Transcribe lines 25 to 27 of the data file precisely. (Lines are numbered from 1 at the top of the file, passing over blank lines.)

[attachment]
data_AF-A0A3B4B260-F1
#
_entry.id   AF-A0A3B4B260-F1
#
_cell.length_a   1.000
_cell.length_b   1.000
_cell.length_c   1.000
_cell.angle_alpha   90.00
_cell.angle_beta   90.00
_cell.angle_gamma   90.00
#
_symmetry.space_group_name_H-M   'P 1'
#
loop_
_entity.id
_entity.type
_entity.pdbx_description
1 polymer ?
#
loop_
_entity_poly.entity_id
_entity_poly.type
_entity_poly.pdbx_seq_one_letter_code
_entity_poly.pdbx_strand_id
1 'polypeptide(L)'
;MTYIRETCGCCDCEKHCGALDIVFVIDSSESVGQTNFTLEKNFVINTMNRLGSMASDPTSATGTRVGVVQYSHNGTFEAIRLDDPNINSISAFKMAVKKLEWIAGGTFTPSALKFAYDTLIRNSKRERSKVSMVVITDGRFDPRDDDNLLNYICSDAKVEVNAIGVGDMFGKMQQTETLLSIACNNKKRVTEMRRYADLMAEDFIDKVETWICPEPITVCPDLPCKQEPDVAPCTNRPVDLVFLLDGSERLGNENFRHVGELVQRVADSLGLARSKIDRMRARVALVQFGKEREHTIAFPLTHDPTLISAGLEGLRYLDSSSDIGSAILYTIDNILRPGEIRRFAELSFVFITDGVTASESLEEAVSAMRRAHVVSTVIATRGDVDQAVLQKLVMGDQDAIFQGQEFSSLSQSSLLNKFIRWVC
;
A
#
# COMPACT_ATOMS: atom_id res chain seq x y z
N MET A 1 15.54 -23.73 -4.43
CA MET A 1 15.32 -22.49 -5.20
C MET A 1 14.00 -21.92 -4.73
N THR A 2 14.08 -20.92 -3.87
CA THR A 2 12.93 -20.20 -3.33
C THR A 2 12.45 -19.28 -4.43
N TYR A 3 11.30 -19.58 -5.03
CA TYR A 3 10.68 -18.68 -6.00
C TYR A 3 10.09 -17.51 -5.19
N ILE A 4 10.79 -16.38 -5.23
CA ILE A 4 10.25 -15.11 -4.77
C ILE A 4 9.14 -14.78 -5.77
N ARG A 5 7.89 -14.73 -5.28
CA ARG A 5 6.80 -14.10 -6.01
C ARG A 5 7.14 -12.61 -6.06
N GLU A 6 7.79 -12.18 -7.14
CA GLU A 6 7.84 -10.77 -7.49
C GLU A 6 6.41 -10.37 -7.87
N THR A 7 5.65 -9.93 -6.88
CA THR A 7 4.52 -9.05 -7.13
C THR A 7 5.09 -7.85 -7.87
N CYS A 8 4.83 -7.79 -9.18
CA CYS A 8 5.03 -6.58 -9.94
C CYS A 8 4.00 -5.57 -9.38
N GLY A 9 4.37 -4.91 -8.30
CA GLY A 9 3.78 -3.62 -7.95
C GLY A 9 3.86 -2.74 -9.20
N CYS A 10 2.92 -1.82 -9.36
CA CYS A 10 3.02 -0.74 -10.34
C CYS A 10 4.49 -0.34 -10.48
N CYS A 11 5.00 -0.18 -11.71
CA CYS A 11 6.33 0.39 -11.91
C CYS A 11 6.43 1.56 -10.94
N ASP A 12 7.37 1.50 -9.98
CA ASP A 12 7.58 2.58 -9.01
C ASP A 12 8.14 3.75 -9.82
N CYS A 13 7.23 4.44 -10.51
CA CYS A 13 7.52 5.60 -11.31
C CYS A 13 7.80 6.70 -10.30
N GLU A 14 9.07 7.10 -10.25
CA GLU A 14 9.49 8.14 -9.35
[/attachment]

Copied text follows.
1 'polypeptide(L)'
;MTYIRETCGCCDCEKHCGALDIVFVIDSSESVGQTNFTLEKNFVINTMNRLGSMASDPTSATGTRVGVVQYSHNGTFEAIRLDDPNINSISAFKMAVKKLEWIAGGTFTPSALKFAYDTLIRNSKRERSKVSMVVITDGRFDPRDDDNLLNYICSDAKVEVNAIGVGDMFGKMQQTETLLSIACNNKKRVTEMRRYADLMAEDFIDKVETWICPEPITVCPDLPCKQEPDVAPCTNRPVDLVFLLDGSERLGNENFRHVGELVQRVADSLGLARSKIDRMRARVALVQFGKEREHTIAFPLTHDPTLISAGLEGLRYLDSSSDIGSAILYTIDNILRPGEIRRFAELSFVFITDGVTASESLEEAVSAMRRAHVVSTVIATRGDVDQAVLQKLVMGDQDAIFQGQEFSSLSQSSLLNKFIRWVC
;